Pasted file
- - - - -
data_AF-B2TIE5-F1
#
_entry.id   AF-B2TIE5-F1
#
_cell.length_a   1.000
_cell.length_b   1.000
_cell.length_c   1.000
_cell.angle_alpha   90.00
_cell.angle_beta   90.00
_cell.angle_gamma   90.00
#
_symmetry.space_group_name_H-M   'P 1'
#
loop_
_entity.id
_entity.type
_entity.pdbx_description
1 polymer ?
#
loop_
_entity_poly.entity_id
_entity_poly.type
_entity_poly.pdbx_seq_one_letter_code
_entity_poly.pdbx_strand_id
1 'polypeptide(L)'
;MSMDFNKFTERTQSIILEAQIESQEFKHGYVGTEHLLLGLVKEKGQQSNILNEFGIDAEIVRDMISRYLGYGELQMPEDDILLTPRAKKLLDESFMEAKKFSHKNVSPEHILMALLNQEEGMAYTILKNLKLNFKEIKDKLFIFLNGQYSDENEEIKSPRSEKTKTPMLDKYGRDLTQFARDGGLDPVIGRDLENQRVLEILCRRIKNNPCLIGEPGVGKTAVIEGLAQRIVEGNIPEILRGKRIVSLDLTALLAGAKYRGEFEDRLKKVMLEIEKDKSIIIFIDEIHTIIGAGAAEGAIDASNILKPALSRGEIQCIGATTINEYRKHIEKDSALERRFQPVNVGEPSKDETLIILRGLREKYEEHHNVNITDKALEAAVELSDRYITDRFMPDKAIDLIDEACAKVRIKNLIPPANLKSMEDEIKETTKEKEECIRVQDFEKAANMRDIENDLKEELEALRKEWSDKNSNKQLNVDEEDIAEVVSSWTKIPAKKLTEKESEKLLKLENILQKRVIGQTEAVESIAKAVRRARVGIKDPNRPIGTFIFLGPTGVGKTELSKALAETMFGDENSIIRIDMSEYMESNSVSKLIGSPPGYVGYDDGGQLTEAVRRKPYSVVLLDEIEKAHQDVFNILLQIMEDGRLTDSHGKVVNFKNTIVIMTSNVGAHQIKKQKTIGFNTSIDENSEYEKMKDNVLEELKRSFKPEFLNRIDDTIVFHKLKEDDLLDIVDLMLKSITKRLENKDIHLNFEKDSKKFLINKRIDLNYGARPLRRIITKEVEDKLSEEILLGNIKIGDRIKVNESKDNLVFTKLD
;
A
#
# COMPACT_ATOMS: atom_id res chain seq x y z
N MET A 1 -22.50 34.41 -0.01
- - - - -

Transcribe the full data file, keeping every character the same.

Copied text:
data_AF-B2TIE5-F1
#
_entry.id   AF-B2TIE5-F1
#
_cell.length_a   1.000
_cell.length_b   1.000
_cell.length_c   1.000
_cell.angle_alpha   90.00
_cell.angle_beta   90.00
_cell.angle_gamma   90.00
#
_symmetry.space_group_name_H-M   'P 1'
#
loop_
_entity.id
_entity.type
_entity.pdbx_description
1 polymer ?
#
loop_
_entity_poly.entity_id
_entity_poly.type
_entity_poly.pdbx_seq_one_letter_code
_entity_poly.pdbx_strand_id
1 'polypeptide(L)'
;MSMDFNKFTERTQSIILEAQIESQEFKHGYVGTEHLLLGLVKEKGQQSNILNEFGIDAEIVRDMISRYLGYGELQMPEDDILLTPRAKKLLDESFMEAKKFSHKNVSPEHILMALLNQEEGMAYTILKNLKLNFKEIKDKLFIFLNGQYSDENEEIKSPRSEKTKTPMLDKYGRDLTQFARDGGLDPVIGRDLENQRVLEILCRRIKNNPCLIGEPGVGKTAVIEGLAQRIVEGNIPEILRGKRIVSLDLTALLAGAKYRGEFEDRLKKVMLEIEKDKSIIIFIDEIHTIIGAGAAEGAIDASNILKPALSRGEIQCIGATTINEYRKHIEKDSALERRFQPVNVGEPSKDETLIILRGLREKYEEHHNVNITDKALEAAVELSDRYITDRFMPDKAIDLIDEACAKVRIKNLIPPANLKSMEDEIKETTKEKEECIRVQDFEKAANMRDIENDLKEELEALRKEWSDKNSNKQLNVDEEDIAEVVSSWTKIPAKKLTEKESEKLLKLENILQKRVIGQTEAVESIAKAVRRARVGIKDPNRPIGTFIFLGPTGVGKTELSKALAETMFGDENSIIRIDMSEYMESNSVSKLIGSPPGYVGYDDGGQLTEAVRRKPYSVVLLDEIEKAHQDVFNILLQIMEDGRLTDSHGKVVNFKNTIVIMTSNVGAHQIKKQKTIGFNTSIDENSEYEKMKDNVLEELKRSFKPEFLNRIDDTIVFHKLKEDDLLDIVDLMLKSITKRLENKDIHLNFEKDSKKFLINKRIDLNYGARPLRRIITKEVEDKLSEEILLGNIKIGDRIKVNESKDNLVFTKLD
;
A
#
# COMPACT_ATOMS: atom_id res chain seq x y z
N MET A 1 -22.50 34.41 -0.01